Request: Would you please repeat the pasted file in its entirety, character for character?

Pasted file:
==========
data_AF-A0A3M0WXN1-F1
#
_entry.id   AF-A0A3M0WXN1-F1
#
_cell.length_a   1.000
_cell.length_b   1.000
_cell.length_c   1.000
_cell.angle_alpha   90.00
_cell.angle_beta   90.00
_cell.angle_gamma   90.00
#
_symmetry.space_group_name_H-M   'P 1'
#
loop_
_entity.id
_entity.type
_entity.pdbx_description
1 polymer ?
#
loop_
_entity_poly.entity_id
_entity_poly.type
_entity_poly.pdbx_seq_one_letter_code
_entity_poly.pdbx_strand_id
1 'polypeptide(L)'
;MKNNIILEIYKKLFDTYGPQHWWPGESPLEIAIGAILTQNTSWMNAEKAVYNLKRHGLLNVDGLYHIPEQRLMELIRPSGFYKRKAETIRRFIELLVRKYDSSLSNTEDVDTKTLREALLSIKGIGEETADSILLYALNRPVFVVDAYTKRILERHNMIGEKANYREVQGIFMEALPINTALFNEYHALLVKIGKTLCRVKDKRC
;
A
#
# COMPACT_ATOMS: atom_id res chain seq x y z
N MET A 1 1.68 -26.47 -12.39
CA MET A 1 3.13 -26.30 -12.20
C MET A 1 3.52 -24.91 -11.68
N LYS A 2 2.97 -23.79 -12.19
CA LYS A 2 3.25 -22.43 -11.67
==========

data_AF-A0A3M0WXN1-F1
#
_entry.id   AF-A0A3M0WXN1-F1
#
_cell.length_a   1.000
_cell.length_b   1.000
_cell.length_c   1.000
_cell.angle_alpha   90.00
_cell.angle_beta   90.00
_cell.angle_gamma   90.00
#
_symmetry.space_group_name_H-M   'P 1'
#
loop_
_entity.id
_entity.type
_entity.pdbx_description
1 polymer ?
#
loop_
_entity_poly.entity_id
_entity_poly.type
_entity_poly.pdbx_seq_one_letter_code
_entity_poly.pdbx_strand_id
1 'polypeptide(L)'
;MKNNIILEIYKKLFDTYGPQHWWPGESPLEIAIGAILTQNTSWMNAEKAVYNLKRHGLLNVDGLYHIPEQRLMELIRPSGFYKRKAETIRRFIELLVRKYDSSLSNTEDVDTKTLREALLSIKGIGEETADSILLYALNRPVFVVDAYTKRILERHNMIGEKANYREVQGIFMEALPINTALFNEYHALLVKIGKTLCRVKDKRC
;
A
#
# COMPACT_ATOMS: atom_id res chain seq x y z
N MET A 1 1.68 -26.47 -12.39
CA MET A 1 3.13 -26.30 -12.20
C MET A 1 3.52 -24.91 -11.68
N LYS A 2 2.97 -23.79 -12.19
CA LYS A 2 3.25 -22.43 -11.67